Superior and Des Moines Lobes
The Superior Lobe of the Wisconsin glaciation was initially localized by the deep lowlands of the Lake Superior Basin, cut in relatively nonresistant late Precambrian red sandstone. It advanced southwest out of this lowland and crossed a low divide leading to the Minneapolis Lowland, which is underlain by Precambrian and Cambrian sandstones. The conspicuous drumlins of central Minnesota, and the rugged St. Croix Moraine that borders the drumlins on the west and loops across the Minneapolis Lowland, delimit the major stillstand of the Superior Lobe. Discovery of red drift with diagnostic rock types from the Lake Superior Basin (agate, amygdaloidal basalt, red and purple felsite, red sandstone) in southwestern Minnesota indicates that the Superior Lobe once extended farther southwest down the Minneapolis Lowland to the Minnesota River valley and beyond during a pre-Wisconsin or early Wisconsin glaciation.
As the Superior Lobe wasted from the St. Croix Moraine, a series of sharp subparallel tunnel valleys were cut into the drumlin plain and even into the underlying bedrock by subglacial streams driven to high velocity by the hydrostatic pressure resulting from the load of many hundreds of meters of active ice. Subsequent thinning and stagnation of the Superior Lobe opened the tunnel valleys to atmospheric pressure and converted the subglacial streams from major erosional streams to small depositional streams, which formed discontinuous eskers along many of the tunnel valleys.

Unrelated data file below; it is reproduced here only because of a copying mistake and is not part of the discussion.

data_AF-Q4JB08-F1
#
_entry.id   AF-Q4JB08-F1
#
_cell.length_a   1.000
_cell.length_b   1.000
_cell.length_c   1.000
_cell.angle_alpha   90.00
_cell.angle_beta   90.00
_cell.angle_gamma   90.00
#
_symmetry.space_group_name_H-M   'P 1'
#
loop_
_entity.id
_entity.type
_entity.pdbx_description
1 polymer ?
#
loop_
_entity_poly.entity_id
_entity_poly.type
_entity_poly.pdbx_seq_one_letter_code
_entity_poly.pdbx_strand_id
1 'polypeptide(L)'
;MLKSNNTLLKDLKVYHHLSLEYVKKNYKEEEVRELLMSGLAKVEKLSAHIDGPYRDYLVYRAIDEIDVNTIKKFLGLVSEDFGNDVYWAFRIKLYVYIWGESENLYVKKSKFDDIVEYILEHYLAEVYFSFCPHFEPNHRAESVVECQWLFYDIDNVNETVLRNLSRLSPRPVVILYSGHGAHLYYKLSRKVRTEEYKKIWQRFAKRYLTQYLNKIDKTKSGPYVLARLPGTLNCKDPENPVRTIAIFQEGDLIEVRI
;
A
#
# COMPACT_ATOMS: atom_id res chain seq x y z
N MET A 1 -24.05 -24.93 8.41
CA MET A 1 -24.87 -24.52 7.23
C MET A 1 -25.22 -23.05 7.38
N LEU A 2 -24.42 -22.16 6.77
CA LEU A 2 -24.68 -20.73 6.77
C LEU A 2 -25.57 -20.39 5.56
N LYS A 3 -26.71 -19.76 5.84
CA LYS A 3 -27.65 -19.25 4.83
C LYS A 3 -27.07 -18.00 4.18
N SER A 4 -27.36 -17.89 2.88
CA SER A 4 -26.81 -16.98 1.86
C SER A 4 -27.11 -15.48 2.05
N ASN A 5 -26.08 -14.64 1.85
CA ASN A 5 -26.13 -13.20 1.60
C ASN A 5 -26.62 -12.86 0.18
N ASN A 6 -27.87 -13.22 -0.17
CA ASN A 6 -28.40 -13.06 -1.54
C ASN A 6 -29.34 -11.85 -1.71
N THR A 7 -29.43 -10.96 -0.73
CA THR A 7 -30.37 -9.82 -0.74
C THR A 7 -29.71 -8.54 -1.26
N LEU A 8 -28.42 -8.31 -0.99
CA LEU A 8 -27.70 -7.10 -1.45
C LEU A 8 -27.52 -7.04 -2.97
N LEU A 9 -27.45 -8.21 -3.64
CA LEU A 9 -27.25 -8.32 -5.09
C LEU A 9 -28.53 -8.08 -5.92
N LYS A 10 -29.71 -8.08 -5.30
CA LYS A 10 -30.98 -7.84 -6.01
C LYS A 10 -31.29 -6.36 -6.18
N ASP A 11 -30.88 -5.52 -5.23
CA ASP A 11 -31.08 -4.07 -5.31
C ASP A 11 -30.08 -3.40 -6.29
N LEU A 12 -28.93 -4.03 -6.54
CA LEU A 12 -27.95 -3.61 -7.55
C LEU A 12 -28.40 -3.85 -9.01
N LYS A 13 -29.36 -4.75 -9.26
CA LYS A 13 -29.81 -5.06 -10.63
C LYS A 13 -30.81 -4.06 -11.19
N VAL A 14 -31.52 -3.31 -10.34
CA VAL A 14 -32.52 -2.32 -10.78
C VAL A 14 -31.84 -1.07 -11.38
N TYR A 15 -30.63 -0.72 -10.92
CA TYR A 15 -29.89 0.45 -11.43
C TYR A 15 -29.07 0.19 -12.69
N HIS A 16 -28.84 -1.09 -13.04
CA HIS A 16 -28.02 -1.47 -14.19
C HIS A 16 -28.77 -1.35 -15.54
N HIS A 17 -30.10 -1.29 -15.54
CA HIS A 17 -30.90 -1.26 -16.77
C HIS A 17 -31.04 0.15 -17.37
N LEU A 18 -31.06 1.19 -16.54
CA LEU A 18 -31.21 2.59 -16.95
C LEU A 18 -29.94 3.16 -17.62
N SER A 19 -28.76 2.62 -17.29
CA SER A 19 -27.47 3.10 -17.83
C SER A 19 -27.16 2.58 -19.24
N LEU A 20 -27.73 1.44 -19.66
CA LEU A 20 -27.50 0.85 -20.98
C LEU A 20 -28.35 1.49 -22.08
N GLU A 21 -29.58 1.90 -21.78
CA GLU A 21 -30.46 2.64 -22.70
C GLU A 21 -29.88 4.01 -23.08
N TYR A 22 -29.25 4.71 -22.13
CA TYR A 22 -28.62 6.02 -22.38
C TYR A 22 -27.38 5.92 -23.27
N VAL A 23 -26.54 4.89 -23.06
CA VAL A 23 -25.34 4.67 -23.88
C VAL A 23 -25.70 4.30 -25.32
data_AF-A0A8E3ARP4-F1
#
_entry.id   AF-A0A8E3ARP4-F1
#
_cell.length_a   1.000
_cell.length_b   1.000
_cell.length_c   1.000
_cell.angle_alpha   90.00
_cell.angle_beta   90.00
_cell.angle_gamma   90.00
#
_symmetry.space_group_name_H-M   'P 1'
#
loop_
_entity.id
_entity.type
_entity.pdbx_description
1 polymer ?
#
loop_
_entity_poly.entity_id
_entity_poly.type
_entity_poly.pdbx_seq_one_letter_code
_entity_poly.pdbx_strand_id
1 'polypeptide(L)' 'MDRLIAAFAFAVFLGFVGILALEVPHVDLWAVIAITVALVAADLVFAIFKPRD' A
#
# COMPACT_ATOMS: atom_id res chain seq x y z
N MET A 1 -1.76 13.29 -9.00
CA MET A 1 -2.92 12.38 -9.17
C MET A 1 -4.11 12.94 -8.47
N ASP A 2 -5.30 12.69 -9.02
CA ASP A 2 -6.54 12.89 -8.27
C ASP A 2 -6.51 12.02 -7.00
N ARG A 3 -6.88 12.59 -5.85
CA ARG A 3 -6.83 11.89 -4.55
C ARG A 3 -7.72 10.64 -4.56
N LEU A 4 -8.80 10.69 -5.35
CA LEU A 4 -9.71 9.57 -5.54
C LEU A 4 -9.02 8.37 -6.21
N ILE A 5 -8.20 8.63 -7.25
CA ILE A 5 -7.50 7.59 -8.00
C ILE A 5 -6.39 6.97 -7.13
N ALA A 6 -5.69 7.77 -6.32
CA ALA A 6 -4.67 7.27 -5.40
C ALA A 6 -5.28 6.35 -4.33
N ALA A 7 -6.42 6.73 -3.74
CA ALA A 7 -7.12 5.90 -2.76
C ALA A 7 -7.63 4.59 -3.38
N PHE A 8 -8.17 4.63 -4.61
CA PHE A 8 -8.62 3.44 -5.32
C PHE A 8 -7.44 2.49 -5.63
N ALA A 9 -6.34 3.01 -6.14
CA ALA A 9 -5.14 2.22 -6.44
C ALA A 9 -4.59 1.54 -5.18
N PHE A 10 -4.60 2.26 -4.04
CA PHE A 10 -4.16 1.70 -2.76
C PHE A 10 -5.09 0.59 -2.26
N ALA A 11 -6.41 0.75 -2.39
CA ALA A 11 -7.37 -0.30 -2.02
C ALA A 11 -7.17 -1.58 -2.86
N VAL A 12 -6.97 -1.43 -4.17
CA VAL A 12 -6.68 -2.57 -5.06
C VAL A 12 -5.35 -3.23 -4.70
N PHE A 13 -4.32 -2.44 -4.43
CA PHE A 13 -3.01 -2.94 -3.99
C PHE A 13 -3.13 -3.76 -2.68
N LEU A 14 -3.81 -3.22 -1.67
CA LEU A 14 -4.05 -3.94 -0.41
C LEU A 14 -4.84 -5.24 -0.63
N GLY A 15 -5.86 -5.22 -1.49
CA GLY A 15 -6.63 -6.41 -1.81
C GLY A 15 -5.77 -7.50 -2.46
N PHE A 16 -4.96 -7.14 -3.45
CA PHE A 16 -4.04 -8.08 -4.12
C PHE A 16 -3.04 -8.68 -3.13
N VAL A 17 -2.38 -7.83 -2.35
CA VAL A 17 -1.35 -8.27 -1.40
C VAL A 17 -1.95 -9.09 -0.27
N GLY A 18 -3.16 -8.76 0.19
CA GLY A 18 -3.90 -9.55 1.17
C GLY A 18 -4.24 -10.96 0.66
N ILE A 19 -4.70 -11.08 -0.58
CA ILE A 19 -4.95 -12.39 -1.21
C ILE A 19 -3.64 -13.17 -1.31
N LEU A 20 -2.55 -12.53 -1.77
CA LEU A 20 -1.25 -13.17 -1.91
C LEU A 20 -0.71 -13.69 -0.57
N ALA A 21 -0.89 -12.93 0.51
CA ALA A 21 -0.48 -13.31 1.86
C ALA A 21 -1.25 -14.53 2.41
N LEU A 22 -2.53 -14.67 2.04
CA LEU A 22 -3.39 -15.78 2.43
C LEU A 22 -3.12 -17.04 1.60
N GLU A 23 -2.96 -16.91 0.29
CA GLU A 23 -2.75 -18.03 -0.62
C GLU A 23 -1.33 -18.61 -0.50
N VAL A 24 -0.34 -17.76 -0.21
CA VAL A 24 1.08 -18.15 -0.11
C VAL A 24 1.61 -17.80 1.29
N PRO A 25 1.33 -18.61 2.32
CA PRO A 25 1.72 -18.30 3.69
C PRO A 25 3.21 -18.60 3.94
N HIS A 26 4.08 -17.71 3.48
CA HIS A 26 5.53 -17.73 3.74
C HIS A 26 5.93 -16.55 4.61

After distant retreat the Superior Lobe readvanced three times out of its basin, twice after proglacial lakes had produced a supply of red clay to be overridden. These latter two readvances may represent surges of the ice lobe resulting from the buildup of basal meltwater behind the frozen toe of the ice lobe.
The Des Moines Lobe, originating in the Red River Valley of Manitoba and western Minnesota, moved southeastward down the Minnesota River valley and thence northeastward up the Minneapolis Lowland, overriding a segment of the St. Croix Moraine and extending across the state to Wisconsin in the form of the Grantsburg Sublobe. Its drift is characteristically gray to yellowish-brown and highly calcareous. The ice incorporated masses of Superior Lobe drift as it overrode the St. Croix Moraine, stringing them out to produce a complex of foliated red and gray drift.
The Grantsburg Sublobe blocked the Mississippi River and other drainage from central Minnesota to form glacial Lake Grantsburg about 16,000 yrs ago. By that time the Superior Lobe had withdrawn completely from central Minnesota, for it supplied meltwater (and red clay) only on the east, down the St. Croix River and its upper tributaries.
Meanwhile, the main Des Moines Lobe, which thus far supplied ice only to the Grantsburg Sublobe, thickened sufficiently to spill southward out of the Minnesota Valley across a low divide into Iowa. This produced the lobe that reached Des Moines 14,000 yrs ago. Beheading of the Grantsburg Sublobe in this manner caused the stagnation of the latter, which then wasted to form the Anoka Sandplain in its stead.
The St. Louis Sublobe protruded from the Des Moines Lobe in northwestern Minnesota at a later date (about 12,000 yrs ago). Its meltwater flowed down the St. Louis River toward Lake Superior, but it was diverted southward into the St. Croix drainage by the still-existing Superior Lobe. Final wastage of the entire Des Moines Lobe produced glacial Lake Agassiz in northwestern Minnesota and adjacent North Dakota and Manitoba.